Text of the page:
Supreme Court of Canada – Variation of Spousal Support
In December 2011, the Supreme Court of Canada released two decisions on the issue of an application for a variation in spousal support.
L.M.P. v. L.S., 2011 SCC 64
In this decision, coauthored by Justice Rosalie Abella and Justice Marshall Rothstein, at issue was an application for a variation in spousal support by the husband. During the marriage, the wife was diagnosed with multiple sclerosis. At the time of the divorce in 2003, the parties negotiated indexed spousal support payable by the husband, and the agreement of the parties was incorporated into a court order for spousal support. In 2007, the husband sought to reduce the amount of spousal support payable on the basis that the wife was able to work outside the home and should be able to find employment.
The Supreme Court’s decision distinguished between the factors in the Divorce Act applicable for an initial order for spousal support (under section 15.2) and for a variation of an existing court order (under section 17). The section 17 factors required a determination by the Court of whether there had been a material change in the parties’ circumstances since the previous order. Upon examining the parties’ circumstances at the time of the previous order, the Court held that there had been no such change: it was known at the time of the previous order that the wife had multiple sclerosis and could not be expected to seek employment outside the home. The husband’s variation application was therefore denied.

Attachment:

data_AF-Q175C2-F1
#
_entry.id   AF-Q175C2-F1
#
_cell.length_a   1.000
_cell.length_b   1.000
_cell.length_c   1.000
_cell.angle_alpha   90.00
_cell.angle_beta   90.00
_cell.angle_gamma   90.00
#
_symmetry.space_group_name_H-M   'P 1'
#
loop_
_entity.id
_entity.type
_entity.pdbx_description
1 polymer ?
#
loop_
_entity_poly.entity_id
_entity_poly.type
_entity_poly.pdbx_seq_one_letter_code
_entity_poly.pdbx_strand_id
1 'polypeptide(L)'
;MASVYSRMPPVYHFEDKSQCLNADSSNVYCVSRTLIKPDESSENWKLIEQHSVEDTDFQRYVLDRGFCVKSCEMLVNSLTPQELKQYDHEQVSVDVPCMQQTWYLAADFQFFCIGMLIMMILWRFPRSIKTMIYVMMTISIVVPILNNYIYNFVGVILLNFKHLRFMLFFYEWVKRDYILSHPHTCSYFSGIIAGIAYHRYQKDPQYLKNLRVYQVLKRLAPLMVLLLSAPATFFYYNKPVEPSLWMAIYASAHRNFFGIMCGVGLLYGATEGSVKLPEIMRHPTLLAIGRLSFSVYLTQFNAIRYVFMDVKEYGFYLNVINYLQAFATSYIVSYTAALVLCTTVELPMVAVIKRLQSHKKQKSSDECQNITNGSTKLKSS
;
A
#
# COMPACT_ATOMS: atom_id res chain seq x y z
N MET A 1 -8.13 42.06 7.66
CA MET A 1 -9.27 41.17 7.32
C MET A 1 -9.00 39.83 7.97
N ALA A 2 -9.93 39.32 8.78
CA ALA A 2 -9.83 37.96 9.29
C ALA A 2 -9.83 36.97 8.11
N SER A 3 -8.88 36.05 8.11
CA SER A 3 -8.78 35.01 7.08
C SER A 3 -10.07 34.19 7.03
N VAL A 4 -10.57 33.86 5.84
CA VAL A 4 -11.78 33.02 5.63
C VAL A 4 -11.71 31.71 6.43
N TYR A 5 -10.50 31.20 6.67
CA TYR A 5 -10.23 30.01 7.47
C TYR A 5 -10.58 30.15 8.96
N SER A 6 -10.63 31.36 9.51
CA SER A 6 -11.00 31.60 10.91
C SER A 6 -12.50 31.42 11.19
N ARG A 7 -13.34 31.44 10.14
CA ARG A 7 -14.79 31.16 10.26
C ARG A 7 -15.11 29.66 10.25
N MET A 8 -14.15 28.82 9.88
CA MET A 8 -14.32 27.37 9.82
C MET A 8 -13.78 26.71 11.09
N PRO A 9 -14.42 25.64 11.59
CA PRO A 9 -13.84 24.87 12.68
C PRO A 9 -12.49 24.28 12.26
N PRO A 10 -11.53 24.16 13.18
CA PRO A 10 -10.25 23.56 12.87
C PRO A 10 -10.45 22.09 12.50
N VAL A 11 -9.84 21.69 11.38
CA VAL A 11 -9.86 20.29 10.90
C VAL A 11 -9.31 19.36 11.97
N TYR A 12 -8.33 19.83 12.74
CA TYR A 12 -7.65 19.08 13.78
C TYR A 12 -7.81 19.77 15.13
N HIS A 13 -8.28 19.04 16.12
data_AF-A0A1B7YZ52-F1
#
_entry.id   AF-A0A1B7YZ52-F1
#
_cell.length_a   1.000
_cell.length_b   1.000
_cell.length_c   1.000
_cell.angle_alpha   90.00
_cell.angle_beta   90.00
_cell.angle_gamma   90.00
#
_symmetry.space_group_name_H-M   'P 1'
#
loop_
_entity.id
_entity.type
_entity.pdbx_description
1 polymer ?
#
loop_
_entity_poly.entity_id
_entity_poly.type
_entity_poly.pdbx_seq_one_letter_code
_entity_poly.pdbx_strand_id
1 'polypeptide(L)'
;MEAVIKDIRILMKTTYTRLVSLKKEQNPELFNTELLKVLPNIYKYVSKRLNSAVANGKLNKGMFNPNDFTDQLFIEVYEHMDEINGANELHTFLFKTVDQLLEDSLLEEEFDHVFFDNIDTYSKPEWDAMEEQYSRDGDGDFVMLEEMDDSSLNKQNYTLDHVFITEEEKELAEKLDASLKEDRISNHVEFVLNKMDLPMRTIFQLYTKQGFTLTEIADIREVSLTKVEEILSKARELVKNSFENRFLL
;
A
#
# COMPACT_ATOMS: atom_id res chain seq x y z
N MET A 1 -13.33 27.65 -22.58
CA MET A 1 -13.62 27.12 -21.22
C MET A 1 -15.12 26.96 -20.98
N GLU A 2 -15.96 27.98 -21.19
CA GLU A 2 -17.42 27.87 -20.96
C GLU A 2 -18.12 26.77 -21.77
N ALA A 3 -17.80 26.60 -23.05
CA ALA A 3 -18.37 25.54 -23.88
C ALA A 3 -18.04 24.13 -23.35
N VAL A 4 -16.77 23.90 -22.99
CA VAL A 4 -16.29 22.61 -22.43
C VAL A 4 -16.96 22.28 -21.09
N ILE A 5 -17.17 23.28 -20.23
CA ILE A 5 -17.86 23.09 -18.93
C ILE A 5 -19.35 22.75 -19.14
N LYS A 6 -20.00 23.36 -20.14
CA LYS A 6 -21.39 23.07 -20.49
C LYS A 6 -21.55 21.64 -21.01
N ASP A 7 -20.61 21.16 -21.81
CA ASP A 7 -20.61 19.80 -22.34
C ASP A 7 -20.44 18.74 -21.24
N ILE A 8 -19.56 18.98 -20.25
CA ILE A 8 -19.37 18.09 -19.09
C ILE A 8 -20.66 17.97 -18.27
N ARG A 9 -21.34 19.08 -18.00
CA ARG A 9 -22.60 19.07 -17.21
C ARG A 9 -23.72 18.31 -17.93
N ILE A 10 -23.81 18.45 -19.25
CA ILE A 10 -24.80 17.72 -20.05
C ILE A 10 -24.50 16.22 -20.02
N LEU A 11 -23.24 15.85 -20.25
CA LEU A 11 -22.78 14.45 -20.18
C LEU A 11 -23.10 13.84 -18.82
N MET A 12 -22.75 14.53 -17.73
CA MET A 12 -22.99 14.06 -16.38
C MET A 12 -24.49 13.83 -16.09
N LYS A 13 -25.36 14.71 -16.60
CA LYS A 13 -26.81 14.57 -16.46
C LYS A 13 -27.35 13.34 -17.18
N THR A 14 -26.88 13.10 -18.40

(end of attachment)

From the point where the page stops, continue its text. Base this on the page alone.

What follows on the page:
R.P. v. R.C., 2011 SCC 65
In this decision, a majority of the Supreme Court of Canada, in a judgment also coauthored by Justice Rosalie Abella and Justice Marshall Rothstein, denied the husband’s application for a variation of spousal support (the initial Order had been made in 1991). A majority of the Court found that there was insufficient evidence to make a finding that the circumstances warranted a variation. The husband had argued that his assets had been affected by a market downturn, but he had failed to provide any evidence about whether he had crystallized his losses by selling any assets at the time of the alleged decline in value. Furthermore, there was no evidence before the Court as to the husband’s financial circumstances at the time the initial spousal support Order was granted, and therefore it was held that the Court had no ability to make determinations as to whether those circumstances had changed.